Gospel Work

Oh God, we are one with You. You have made us one with You.
You have taught us that if we are open to one another, You dwell in us.
Help us to preserve this openness and to fight for it with all our hearts.
Help us to realize that there can be no understanding where there is mutual rejection.
Oh God, in accepting one another wholeheartedly, fully, completely, we accept You, and we thank You, and we adore You, and we love You with our whole being, because our being is in Your being, our spirit is rooted in Your spirit.
Fill us then with love, and let us be bound together with love as we go our diverse ways, united in this one spirit which makes You present in the world, and which makes You witness to the ultimate reality that is love.
Love has overcome.
Love is victorious.
Amen.

Thomas Merton, theologian, mystic, and writer, penned this prayer in his Asian Journal, written during a conference on East-West monastic dialogue (and some ECMN Convention attendees may recognize a rendition of these words from a piece composed by musician Fran McKendree). I believe Merton’s words are as relevant today as ever. I am particularly convicted by this challenging prose, “Help us to realize that there can be no understanding where there is mutual rejection.” If we begin or live in a place where rejection of the other is center-most, there will be absolutely no possibility for reconciliation.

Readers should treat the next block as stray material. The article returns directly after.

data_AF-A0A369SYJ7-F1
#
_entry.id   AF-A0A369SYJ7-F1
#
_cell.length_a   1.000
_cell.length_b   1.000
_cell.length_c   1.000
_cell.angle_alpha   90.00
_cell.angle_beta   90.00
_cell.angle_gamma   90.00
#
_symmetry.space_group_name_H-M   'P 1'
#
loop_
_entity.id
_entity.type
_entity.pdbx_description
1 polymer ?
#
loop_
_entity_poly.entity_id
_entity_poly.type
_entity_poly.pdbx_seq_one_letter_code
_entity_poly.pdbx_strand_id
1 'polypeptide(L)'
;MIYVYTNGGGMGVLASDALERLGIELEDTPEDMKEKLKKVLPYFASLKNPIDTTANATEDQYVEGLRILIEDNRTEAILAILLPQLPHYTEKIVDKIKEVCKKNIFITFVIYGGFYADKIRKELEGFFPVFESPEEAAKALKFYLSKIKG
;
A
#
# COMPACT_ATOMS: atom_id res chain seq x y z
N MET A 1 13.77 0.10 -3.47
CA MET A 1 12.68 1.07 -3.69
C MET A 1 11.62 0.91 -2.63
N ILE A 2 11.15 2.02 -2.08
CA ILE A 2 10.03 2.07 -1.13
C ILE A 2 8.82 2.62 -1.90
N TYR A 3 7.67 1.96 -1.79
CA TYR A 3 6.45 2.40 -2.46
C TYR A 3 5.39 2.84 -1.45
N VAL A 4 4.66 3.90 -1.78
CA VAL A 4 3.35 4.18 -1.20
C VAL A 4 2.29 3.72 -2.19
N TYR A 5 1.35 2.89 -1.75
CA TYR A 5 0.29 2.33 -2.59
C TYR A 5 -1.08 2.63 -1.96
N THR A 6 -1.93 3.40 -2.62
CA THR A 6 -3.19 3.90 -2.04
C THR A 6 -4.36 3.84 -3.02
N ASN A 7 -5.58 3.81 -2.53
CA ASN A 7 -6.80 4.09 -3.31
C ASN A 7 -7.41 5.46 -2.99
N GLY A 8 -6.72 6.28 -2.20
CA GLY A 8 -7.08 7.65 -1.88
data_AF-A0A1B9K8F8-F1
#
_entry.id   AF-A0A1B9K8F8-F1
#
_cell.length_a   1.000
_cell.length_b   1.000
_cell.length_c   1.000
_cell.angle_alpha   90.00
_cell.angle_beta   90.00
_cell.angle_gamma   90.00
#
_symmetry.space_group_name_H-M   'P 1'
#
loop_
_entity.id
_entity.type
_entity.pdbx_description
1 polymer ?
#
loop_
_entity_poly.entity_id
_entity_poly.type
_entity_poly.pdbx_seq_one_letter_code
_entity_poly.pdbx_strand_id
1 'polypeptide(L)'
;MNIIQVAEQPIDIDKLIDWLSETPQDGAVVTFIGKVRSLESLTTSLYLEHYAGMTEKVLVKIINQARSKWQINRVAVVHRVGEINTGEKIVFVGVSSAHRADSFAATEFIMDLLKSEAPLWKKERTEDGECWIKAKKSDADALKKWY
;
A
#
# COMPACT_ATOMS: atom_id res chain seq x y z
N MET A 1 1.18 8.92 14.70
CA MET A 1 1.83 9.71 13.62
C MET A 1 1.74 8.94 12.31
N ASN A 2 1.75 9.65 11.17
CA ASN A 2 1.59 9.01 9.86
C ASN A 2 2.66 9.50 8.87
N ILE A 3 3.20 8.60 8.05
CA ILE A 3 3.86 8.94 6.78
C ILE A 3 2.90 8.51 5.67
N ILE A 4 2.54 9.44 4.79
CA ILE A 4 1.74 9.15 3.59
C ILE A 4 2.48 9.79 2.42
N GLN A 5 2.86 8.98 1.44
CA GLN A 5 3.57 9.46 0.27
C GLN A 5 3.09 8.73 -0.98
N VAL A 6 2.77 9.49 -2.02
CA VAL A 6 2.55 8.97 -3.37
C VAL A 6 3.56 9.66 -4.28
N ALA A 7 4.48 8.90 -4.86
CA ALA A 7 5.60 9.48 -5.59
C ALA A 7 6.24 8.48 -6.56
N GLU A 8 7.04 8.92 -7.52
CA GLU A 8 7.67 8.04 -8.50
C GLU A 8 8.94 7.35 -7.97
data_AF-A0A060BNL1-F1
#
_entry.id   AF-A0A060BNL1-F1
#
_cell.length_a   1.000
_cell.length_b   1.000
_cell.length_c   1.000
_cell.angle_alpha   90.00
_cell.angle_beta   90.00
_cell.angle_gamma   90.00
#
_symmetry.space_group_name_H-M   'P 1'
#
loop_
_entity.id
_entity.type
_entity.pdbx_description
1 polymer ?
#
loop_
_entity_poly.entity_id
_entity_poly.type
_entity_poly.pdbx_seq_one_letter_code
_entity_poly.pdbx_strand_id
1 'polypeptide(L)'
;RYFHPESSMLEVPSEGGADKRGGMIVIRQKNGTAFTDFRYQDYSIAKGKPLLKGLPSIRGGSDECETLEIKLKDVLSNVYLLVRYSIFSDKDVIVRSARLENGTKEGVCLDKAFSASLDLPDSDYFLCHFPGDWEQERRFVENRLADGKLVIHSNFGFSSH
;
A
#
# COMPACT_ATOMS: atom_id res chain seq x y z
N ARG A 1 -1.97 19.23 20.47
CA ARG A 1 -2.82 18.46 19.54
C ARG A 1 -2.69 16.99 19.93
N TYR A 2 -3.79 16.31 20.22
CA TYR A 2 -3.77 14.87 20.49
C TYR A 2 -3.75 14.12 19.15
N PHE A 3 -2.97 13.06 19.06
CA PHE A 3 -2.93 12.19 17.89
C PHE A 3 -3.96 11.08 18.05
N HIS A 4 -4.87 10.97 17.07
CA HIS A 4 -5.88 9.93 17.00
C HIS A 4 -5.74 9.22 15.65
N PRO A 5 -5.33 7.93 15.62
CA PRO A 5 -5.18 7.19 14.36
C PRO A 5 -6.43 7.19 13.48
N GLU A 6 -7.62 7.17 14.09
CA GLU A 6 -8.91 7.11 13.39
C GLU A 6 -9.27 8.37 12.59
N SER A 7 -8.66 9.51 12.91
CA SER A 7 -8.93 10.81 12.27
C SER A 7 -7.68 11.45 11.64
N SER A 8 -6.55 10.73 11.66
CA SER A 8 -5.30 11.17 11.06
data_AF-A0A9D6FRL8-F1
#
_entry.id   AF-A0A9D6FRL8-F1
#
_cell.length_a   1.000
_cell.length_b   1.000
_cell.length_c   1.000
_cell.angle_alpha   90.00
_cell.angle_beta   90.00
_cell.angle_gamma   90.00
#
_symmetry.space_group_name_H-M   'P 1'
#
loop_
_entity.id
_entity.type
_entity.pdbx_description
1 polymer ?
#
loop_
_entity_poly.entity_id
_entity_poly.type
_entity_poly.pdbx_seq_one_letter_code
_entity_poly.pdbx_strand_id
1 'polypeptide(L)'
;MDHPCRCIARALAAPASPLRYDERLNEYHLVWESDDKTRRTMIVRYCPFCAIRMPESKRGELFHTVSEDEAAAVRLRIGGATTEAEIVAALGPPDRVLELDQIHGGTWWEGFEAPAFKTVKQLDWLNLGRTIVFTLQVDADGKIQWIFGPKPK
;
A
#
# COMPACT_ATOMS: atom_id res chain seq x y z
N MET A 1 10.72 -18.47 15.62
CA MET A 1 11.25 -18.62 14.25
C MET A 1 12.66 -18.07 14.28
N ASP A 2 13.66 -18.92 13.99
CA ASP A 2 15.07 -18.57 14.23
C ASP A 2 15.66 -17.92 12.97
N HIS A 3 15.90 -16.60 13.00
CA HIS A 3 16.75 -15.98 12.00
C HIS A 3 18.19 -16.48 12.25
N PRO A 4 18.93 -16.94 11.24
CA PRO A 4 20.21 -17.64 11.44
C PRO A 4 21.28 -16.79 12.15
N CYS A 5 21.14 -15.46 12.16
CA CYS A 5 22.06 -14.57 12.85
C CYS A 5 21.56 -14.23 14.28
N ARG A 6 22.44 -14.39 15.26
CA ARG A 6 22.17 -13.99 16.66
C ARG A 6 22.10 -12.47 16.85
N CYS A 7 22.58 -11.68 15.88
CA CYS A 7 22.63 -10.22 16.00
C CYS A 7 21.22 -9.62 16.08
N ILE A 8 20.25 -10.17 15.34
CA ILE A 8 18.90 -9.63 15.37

If, on the other hand, we do as Merton suggests, “Oh God, in accepting one another wholeheartedly, fully, completely, we accept You, and we thank You, and we adore You, and we love You with our whole being, because our being is in Your being, our spirit is rooted in Your spirit,” we live in a space that is open and seeking reconciliation.

Merton is not naive. The fact is, rejecting another is much easier than loving them. Real love takes real effort, real perseverance, real commitment. Shutting someone out or outright rejecting them is not real work. Getting in the trenches, rolling up your sleeves and opening yourself up to a person’s world view or actions, that are at best annoying and at worse repulsive, is real work. It is, in fact, Gospel work. The kind of work that those who have chosen to follow Jesus are called to. It is the essential work of living fully into being the Beloved Community.

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